Arthur Miller was summoned and questioned by the House of Un-American Activities Commission about a meeting he had attended that was accused of having communist ties. He was asked to reveal the names of the people who he had attended this meeting with. Upon his refusal to release any names, the court stated, "his refusal to name names would invite charges of being unpatriotic and in connection with Un-American ties." In return, he stated, "I decline to make any such statement, which I found demeaning; what right had any organization to demand anyone's pledge of loyalty?" He was indicted and found guilty of contempt of congress on May 31, 1957 The Red Scare was basically just one huge breakout of mass hysteria. People became paranoid over the ideas of communism and espionage. Similarly to in the Crucible, many people were put on trial and convicted without proper evidence and were innocent. Miller wrote the Crucible to show the affects of mass hysteria, similar to that of the Red Scare, and to try and help prevent it in the future. During the Red Scare, people were being accused of espionage, communism, and contempt of the court. Many of these people completely innocent. Logical fallacies played a large role in the convictions of the accused. If you denied you had communist ties, the courts saw it as a lie covering up the fact that you are a communist. In some cases, it was almost better to confess, even if it was not true. During the Red Scare, the integrity of many American citizens was challenged. Do to the logical fallacies of the accusations and trials of this time, people had to decide whether or not to confess to communistic ties, or give away the names of others involved in un-american activities. Miller wrote, "(The trials are like) the sensation of being trapped inside a perverse work of art... in which it is impossible to make out whether a stairway is going up or down." This quote alone describes the feelings of people that confess to crimes that were never committed to save their integrity and not give the names of others involved, knowing they will be accused and convicted as well. In the Crucible, Giles Corey attempts to defend his wife. He states that Putnam forced his daughter into accusing George Jacobs of witchcraft to gain his land. When asked where he had received his information, he states "I cannot give you a name." Hawthorne, confused by his hesitation to give a name, asks "And why not?" To which Corey bursts, "You know well why not! He'll lay in jail if I give his name!" Hawthorne the declares full court in session and Corey is placed under arrest for contempt of the court. Arthur Miler included this in the Crucible to show how the courts punished innocent people for trying to save others in both the Red Scare and the Salem Witch Trials and the courts did not even recognize it. In the Crucible, mass hysteria is present and increases throughout the entire play. My personal favorite example. and probably the example that stands out the most is when Giles Corey is telling Hale what his wife was convicted of. He states, "..Walcott charge her. Y'see, he buy a pig off my wife.. and the pig die soon after." The people of Salem are so overcome by the theory of witchcraft, they believe it is to blame for everything and that obviously if a pig dies, its because Martha bewitched it. They become ridiculous with their accusations due to the mass hysteria. The increase in severity of the Red Scare and in the Crucible are almost identical. The Red Scare began with a small group of people that were suspicious of Communism in the United States. Once Senator Joseph McCarthy became involved, the situation billowed out of control and developed into the mass hysteria we know it now to have been. In the first act of the Crucible, Abigail says, "The rumor of witchcraft is about." This is the first we hear of it. From this point on, more people begin to visit Betty and the other girls and begin to talk of witchcraft. Eventually, it turns into mass hysteria with 19 alleged witches hung, Giles Corey "pressed" to death, and hundreds of others put in on trial or in jail. The same illogical thought processes were apparent in the Crucible. Elizabeth is one of the few characters that notice this and when questioned by Hale about her being a witch says, "I you think that I am one, then I say there are none." She is not saying that she "doubts the gospel," but she is saying that if she says she believes in witches, it must mean she has proof and that she is a witch. If she says she does not believe in witches, they will say she is lying because she is a witch. In the Crucible, John Proctor may not be the most truthful or righteous man, but he has the integrity to stand up against the courts, and ultimately give his life if it means he keeps his integrity. He saw what the courts were doing and how unjust they were. He is willing to destroy his name by telling the courts he had an affair with Abigail if it meant possibly saving his wife and the others on trial. In this quote, he talks about saving his "name" or "integrity." "Because it is my name! Because I cannot have another in my life! ... How may I live without my name? I have given you my soul; leave me my name!" At the end of the play, he knows he is going to be convicted and hanged, but instead of giving up and letting the courts win by confessing, he exclaims, "God is dead." Danforth is already going to hang him, so at least Proctor knows he has his integrity and did not lie to please these unjust courts. Bibliography www.ushistory.org/us/47a.asp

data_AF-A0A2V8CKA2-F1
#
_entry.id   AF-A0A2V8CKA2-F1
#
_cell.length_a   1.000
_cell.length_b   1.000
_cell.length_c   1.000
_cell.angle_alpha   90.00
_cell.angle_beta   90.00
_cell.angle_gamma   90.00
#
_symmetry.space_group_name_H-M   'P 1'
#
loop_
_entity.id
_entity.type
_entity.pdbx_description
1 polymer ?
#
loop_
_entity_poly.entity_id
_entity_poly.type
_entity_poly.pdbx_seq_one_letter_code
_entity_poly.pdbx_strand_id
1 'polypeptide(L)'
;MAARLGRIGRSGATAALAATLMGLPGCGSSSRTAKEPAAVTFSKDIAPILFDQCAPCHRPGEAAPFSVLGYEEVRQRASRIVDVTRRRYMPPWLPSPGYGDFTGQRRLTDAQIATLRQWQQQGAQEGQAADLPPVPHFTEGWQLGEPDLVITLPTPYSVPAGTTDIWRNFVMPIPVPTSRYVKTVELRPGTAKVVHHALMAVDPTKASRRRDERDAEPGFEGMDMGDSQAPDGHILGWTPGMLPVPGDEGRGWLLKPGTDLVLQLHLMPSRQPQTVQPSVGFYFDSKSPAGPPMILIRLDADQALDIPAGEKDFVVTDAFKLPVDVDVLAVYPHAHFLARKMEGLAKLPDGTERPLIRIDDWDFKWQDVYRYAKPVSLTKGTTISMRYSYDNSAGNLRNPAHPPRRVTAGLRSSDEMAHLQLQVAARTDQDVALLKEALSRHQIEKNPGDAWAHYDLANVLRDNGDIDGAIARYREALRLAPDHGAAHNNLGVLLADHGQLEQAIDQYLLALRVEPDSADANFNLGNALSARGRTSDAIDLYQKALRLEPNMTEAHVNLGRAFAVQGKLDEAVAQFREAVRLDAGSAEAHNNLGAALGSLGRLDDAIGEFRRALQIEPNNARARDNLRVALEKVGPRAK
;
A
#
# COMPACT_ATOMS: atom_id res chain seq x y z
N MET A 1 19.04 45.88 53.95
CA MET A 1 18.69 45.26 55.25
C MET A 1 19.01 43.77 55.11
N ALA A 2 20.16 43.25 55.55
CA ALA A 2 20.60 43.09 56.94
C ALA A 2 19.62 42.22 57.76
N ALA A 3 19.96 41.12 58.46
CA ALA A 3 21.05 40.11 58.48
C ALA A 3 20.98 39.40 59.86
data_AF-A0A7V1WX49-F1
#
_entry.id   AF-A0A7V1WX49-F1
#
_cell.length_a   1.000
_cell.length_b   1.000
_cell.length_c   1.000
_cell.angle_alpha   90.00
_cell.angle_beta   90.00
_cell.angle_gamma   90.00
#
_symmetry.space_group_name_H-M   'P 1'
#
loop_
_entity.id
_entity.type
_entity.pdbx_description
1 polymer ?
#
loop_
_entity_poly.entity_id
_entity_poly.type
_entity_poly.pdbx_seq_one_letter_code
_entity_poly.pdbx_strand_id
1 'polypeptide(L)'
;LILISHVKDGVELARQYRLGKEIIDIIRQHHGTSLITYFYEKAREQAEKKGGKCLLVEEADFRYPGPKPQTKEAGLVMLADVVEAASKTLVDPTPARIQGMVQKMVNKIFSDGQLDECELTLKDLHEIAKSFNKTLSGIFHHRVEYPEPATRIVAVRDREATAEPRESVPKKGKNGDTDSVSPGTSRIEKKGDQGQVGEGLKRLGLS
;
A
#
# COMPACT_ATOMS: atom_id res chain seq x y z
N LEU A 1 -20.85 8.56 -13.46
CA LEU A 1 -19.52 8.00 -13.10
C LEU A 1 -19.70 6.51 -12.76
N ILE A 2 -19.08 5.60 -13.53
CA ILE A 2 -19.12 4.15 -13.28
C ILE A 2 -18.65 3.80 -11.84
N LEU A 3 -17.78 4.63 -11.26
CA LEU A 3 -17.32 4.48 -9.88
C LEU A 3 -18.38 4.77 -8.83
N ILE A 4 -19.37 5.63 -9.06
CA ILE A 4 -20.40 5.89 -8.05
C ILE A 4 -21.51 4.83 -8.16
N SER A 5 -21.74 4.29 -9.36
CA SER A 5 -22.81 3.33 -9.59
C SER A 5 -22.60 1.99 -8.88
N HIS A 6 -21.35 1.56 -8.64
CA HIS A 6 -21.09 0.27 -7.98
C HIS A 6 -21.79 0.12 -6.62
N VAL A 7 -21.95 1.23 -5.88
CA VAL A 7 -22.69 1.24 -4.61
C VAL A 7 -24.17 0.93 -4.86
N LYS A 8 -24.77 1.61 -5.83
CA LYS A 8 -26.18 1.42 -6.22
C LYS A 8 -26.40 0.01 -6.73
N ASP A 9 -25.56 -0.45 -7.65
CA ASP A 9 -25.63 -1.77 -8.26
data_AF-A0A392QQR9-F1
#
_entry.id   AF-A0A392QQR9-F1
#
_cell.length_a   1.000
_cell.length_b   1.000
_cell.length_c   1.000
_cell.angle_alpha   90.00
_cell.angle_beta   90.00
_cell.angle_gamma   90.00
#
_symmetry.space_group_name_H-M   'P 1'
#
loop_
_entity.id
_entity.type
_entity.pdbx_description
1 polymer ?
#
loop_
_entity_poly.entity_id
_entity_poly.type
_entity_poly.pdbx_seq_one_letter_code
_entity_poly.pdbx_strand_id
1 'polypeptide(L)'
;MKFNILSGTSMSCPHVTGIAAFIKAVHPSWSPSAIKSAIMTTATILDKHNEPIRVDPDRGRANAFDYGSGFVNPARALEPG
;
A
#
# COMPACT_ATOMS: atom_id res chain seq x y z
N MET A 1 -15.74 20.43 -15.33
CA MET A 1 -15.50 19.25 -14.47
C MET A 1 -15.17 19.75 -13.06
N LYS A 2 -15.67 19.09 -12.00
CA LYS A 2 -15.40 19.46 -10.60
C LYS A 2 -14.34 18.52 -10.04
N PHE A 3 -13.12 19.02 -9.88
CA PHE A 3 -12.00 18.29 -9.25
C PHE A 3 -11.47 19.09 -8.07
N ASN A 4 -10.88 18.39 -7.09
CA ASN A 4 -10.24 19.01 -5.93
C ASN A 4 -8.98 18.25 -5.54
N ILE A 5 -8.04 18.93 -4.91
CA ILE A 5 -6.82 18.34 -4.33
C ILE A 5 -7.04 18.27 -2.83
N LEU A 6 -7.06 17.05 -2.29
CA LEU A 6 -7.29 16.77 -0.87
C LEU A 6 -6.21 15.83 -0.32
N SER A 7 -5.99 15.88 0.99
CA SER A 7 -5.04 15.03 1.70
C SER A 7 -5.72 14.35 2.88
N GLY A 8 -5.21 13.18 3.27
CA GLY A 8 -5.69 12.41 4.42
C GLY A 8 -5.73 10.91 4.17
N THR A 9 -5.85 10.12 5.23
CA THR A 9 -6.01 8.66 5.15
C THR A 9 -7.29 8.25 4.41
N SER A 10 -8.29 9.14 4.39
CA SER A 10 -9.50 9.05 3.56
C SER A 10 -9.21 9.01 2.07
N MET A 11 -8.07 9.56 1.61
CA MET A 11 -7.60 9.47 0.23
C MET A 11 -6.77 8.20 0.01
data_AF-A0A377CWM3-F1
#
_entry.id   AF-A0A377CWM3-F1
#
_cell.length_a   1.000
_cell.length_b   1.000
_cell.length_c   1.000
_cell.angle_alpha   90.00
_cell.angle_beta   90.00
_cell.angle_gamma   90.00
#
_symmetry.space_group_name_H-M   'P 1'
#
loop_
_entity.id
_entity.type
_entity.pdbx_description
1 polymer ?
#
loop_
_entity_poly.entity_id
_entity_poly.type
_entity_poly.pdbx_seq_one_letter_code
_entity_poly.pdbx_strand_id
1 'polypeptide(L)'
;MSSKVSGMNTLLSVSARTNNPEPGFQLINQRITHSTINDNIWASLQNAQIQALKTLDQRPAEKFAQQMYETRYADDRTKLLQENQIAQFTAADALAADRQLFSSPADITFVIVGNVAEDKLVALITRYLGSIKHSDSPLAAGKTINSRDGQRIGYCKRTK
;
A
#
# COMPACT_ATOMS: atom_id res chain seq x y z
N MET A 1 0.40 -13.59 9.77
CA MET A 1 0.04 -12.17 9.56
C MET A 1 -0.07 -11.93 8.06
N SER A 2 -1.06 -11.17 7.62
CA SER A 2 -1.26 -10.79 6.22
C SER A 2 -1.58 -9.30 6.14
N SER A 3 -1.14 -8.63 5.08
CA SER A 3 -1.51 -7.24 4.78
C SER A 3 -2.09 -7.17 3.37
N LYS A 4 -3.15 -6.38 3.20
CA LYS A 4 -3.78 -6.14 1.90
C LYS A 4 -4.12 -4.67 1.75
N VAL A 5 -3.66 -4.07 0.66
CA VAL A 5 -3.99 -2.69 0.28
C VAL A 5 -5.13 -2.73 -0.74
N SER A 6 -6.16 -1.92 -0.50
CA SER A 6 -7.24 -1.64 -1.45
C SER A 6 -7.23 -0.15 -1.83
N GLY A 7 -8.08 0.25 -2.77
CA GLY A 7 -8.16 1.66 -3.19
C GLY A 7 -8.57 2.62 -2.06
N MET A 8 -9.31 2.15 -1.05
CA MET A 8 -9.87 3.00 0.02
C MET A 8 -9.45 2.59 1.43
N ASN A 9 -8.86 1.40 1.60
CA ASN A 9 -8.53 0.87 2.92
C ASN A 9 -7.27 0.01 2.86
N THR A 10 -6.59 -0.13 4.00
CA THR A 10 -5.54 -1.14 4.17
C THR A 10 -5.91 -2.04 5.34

Georgia State University

Mass Hysteria of the Red Scare
Eileen Burke
Wales University of Rhode Island
The Crucible
Arthur Miller (1953)
Full transcript